The following originally appeared on The Upshot (copyright 2014, The New York Times Company). Acknowledgement: Jennifer Gilbert provided assistance tracking down articles referenced in this post.
“I bet you $1,000 that if you just tell me you’re putting Demerol in my I.V. but don’t actually do it, I would still feel a lot better,” I dared the nurse.
It was a humid June night in 2013. I had just arrived at the emergency department of Mount Auburn Hospital in Cambridge, Mass., and was in the worst pain of my life. A kidney stone was scraping its way down my right ureter, the narrow tube connecting my right kidney and bladder.
Despite my anguish, I was so confident I didn’t need a narcotic painkiller that I was willing to put $1,000 on the line. The reason: I trusted the placebo effect, the relief of symptoms just by believing one is receiving helpful care. (In this case, even though I knew the nurse might be deceiving me, I was going to believe him if he said he was giving me Demerol. That’s essential for the placebo effect to work.)
My colleague Aaron Carroll wrote last week about the importance of placebo-controlled evaluation of medical treatments and devices. We need to know when medical care is better than a placebo.
In comparing a treatment with a placebo, we should also keep in mind that the placebo is not the same thing as the absence of treatment. In research settings, placebos are specifically designed to mimic treatment without the hypothesized few “active” ingredients or procedural steps. They still include a lot of components of care. (Another form of clinical trial is to compare one treatment with another or with “usual” care — the care that would be given in the absence of the treatment being tested.)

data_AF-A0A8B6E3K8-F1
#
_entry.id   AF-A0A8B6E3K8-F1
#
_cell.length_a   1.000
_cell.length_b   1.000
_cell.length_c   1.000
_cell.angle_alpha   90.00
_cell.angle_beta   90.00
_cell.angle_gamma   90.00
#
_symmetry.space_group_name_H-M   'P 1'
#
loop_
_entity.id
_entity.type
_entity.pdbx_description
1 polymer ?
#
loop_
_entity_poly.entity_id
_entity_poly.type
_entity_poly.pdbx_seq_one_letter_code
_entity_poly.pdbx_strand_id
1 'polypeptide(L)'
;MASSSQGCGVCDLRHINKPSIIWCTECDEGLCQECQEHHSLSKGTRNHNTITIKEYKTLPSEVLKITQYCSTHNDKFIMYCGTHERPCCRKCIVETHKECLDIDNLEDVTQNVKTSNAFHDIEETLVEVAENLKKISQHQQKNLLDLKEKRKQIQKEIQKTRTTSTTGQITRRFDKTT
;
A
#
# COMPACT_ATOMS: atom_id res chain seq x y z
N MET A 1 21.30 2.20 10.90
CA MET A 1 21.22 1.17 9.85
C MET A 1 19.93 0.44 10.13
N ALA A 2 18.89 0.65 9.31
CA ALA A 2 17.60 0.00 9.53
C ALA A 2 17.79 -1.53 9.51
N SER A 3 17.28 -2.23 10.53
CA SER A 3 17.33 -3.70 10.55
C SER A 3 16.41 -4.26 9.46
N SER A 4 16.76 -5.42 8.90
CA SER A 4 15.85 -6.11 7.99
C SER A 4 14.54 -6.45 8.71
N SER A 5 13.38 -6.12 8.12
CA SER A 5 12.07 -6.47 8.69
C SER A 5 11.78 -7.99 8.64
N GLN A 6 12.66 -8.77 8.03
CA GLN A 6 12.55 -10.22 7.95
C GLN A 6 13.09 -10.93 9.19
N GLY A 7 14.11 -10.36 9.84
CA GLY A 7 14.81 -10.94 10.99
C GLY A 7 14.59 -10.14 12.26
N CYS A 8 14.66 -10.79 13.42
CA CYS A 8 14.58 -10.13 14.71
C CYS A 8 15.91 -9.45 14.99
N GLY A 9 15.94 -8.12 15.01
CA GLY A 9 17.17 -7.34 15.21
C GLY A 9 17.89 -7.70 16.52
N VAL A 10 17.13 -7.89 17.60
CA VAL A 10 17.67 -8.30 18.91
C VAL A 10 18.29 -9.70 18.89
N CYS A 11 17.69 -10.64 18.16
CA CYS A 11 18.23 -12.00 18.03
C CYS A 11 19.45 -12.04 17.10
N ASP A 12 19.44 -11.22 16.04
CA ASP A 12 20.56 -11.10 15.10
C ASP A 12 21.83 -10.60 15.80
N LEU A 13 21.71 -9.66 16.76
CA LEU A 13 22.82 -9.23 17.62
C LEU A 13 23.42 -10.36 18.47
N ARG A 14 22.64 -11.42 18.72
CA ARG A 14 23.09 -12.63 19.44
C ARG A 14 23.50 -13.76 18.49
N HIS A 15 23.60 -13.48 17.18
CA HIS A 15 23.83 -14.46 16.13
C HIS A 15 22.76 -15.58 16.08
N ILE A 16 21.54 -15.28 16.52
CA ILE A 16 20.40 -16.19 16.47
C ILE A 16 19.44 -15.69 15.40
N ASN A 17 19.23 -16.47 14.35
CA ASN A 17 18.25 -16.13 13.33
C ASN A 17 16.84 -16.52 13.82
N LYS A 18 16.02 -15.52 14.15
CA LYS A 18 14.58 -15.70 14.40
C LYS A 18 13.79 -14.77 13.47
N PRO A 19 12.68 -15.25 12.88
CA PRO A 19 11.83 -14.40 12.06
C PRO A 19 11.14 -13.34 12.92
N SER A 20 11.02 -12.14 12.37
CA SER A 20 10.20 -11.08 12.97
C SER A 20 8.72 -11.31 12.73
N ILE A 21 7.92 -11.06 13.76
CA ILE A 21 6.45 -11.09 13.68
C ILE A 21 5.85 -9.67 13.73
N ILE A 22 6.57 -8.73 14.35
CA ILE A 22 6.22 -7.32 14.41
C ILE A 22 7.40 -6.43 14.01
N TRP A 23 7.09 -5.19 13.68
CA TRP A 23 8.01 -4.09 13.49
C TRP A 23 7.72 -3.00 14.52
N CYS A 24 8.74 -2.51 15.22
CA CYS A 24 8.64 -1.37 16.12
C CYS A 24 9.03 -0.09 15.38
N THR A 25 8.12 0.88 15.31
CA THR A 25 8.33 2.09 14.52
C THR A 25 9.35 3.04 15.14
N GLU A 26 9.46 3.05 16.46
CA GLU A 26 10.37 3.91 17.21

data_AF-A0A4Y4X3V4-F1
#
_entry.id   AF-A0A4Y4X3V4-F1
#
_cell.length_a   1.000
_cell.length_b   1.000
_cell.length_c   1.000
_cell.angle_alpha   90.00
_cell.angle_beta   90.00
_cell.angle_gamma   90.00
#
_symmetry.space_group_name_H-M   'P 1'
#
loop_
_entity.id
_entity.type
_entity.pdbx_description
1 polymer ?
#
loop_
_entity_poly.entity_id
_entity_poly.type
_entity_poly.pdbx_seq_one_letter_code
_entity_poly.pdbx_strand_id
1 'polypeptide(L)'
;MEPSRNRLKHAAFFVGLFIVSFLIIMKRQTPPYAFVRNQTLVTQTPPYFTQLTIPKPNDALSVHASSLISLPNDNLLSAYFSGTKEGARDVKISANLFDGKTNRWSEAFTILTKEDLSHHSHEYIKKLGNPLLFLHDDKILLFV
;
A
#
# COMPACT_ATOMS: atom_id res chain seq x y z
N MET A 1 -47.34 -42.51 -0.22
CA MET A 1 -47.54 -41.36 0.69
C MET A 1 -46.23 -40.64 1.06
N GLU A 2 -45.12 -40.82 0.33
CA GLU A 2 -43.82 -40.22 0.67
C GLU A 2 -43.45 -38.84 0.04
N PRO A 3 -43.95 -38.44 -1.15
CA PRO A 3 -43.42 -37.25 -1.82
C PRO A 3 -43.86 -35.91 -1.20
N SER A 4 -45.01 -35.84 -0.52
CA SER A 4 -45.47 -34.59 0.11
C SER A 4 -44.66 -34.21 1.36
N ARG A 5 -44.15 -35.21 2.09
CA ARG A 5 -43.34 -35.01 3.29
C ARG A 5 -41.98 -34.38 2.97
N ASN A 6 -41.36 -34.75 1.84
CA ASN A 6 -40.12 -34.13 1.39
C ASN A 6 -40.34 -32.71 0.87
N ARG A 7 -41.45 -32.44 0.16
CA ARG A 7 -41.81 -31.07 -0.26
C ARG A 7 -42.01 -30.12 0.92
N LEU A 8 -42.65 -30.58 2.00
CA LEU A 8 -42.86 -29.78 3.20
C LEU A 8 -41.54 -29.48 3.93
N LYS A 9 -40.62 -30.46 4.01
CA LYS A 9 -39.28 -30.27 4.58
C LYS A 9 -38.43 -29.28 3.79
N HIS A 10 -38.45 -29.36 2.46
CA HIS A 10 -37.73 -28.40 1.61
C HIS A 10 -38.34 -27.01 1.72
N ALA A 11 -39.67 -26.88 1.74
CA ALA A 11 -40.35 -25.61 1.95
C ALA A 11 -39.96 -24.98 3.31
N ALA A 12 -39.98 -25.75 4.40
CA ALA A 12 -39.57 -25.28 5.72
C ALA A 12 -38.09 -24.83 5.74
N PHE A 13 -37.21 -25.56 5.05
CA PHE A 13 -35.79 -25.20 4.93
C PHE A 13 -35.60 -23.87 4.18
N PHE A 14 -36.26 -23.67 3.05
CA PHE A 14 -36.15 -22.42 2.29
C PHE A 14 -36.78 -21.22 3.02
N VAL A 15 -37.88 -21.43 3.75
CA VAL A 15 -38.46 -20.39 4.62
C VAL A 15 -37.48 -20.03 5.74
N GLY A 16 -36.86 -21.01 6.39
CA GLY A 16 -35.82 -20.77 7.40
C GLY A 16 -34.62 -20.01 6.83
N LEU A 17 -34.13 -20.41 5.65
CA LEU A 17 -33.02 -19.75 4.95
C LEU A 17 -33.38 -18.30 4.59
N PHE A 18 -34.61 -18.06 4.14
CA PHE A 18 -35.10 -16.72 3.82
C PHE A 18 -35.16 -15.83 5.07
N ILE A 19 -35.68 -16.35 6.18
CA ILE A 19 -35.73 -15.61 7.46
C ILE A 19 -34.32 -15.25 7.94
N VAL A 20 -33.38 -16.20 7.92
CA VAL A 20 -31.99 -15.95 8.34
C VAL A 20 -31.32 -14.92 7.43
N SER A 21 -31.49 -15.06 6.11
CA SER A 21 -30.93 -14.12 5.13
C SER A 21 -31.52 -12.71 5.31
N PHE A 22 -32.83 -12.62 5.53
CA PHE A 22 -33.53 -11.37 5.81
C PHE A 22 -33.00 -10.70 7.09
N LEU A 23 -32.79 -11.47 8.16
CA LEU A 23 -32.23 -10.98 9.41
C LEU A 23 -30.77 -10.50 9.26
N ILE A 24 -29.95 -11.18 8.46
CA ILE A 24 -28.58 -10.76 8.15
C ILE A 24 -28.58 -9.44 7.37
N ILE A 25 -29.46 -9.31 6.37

In evaluating surgical treatments, researchers go to considerable lengths to provide elaborate, sham procedures for comparison because care delivers cure by two pathways. One is through only our bodies — for instance, when surgery addresses the mechanical source of a physical problem. The other involves our minds: When we believe we are receiving helpful care, we get better. Moreover, we do so more quickly and at a higher rate than if we receive no care at all.
The question addressed by placebo-controlled trials is whether the second effect — the placebo effect that operates only through belief — is the only effect of a given treatment. Does the “active” part of the treatment do anything more? The possibility that placebos cure is therefore acknowledged and built into placebo-controlled study designs.
To be sure, some treatments are better than placebos. These cure through both pathways, including the one activated by placebos. At the same time, the placebo effect is not ubiquitous; some studies show no difference between placebo-controlled groups and no-treatment groups. Althoughsome of the ways in which placebos work are known — for instance by activating natural neurochemicals that make us feel good — we do not yet have a full explanation of when and how they do and don’t.
If placebos were always the same as no treatment, then the following findings, most of which are summarized by the emergency physician David Newman in his book “Hippocrates’ Shadow,” would be hard to explain:
- Taking two placebo pills (e.g., sugar pills) relieves more pain or provides a greater stimulative effect or is more sedating or heals stomach ulcers more quickly (depending on the study) than taking just one.